Waste from sewage treatment plants often contains chemicals known as “endocrine disruptors” such as artificial estrogen found in birth control pills.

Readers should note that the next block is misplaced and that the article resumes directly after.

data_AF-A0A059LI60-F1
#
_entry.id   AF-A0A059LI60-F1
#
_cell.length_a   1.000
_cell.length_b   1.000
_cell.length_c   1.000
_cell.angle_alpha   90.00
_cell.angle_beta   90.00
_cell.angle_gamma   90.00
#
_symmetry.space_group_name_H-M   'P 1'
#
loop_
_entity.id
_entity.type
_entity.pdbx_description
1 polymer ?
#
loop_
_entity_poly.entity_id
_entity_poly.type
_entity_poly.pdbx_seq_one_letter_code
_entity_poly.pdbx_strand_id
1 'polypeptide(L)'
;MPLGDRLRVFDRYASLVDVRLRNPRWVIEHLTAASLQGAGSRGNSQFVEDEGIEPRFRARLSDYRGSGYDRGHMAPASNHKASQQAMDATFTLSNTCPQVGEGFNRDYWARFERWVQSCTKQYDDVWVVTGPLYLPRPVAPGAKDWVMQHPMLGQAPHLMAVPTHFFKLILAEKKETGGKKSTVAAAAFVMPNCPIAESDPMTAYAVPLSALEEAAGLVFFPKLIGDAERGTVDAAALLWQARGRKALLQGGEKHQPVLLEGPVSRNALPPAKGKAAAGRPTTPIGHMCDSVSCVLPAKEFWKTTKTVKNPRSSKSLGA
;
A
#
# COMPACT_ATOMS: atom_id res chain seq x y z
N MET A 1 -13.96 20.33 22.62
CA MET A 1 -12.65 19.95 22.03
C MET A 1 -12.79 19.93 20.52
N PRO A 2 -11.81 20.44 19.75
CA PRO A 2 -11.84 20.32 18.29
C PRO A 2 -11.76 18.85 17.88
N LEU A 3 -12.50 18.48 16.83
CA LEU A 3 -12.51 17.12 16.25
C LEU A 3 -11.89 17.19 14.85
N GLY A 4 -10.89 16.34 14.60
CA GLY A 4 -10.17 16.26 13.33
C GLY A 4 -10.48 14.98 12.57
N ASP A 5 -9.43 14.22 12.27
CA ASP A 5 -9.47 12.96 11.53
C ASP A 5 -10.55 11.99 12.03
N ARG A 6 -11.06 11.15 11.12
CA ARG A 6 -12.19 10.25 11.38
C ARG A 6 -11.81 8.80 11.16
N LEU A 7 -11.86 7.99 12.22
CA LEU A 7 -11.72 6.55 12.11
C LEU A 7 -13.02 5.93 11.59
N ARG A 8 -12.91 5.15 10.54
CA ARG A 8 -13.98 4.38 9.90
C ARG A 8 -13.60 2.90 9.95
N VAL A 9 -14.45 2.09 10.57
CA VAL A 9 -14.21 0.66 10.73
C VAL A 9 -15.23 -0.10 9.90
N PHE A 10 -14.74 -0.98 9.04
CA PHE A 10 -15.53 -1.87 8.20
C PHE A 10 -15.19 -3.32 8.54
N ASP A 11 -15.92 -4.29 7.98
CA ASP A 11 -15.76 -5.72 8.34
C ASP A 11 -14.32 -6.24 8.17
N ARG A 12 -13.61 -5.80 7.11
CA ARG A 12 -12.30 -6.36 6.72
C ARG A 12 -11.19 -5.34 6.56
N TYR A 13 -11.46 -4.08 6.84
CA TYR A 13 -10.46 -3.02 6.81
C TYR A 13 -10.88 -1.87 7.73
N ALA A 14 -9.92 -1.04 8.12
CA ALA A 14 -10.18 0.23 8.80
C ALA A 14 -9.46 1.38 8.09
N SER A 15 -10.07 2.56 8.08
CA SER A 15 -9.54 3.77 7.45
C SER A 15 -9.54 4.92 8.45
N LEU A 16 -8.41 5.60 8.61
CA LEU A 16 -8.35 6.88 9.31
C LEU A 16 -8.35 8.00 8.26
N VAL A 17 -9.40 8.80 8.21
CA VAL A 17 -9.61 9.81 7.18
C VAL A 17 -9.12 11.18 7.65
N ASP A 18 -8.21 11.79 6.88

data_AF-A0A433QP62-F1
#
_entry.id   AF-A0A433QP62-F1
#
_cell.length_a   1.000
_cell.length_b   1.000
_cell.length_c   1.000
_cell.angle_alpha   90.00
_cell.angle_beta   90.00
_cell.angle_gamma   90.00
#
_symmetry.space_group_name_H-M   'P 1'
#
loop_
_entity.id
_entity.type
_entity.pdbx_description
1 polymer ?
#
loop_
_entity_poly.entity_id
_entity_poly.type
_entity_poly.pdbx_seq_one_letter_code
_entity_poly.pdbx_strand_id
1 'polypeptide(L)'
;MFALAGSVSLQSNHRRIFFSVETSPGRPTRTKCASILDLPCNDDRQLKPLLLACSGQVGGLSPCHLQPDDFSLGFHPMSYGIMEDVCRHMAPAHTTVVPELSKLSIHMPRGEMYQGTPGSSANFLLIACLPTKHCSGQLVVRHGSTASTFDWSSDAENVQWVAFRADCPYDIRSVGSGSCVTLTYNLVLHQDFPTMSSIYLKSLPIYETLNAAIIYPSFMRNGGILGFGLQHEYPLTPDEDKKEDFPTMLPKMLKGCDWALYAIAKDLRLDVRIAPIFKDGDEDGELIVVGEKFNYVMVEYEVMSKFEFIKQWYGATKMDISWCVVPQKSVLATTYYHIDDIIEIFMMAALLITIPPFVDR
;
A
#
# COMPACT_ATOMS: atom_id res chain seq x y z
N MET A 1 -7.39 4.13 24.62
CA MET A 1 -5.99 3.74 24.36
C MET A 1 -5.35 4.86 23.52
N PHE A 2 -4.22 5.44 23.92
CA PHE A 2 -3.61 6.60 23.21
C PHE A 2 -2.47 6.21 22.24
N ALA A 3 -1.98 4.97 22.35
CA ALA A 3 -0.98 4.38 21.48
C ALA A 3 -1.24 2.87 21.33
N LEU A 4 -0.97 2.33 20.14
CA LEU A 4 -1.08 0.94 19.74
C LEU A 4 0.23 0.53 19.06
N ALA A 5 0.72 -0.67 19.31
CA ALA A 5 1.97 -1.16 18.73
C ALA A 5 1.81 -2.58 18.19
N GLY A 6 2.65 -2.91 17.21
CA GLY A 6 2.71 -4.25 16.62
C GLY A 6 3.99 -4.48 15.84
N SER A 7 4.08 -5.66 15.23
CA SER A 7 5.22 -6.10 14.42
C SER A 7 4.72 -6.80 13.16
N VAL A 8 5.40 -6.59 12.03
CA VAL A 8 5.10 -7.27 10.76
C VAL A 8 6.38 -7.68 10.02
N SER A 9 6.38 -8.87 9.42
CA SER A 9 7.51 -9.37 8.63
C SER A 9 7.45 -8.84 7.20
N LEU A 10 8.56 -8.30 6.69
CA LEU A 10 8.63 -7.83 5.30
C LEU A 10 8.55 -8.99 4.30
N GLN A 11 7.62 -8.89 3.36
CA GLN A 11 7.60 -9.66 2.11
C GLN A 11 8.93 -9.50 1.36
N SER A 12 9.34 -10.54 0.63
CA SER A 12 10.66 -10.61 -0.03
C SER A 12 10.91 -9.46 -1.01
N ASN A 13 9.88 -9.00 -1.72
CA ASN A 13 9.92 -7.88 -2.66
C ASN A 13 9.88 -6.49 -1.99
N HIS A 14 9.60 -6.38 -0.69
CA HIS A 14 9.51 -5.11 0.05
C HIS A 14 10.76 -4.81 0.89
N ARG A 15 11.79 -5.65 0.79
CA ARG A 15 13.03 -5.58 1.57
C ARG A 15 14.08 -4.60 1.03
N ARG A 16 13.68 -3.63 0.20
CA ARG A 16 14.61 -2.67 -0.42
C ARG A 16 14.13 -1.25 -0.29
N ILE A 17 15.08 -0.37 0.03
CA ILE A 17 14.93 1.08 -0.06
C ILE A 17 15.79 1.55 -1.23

Wastes from sewage treatment plants contain synthetic estrogen and similar compounds that are known to affect the reproductive health of exposed fishes in laboratory studies. However, little is known if this pollution could affect populations of fish or other organisms in the wild. ELA researchers added artificial estrogen to a lake for three years and observed the “feminization” of male fish and altered egg production by female fish, leading to the collapse of resident populations. The decline in numbers of small fish, in particular, resulted in negative effects on organisms not directly affected by the added estrogen. These ecosystem changes persisted long after artificial estrogen was detectable in the lake. The study provides guidance to policy makers about the control of synthetic hormones in wastewaters.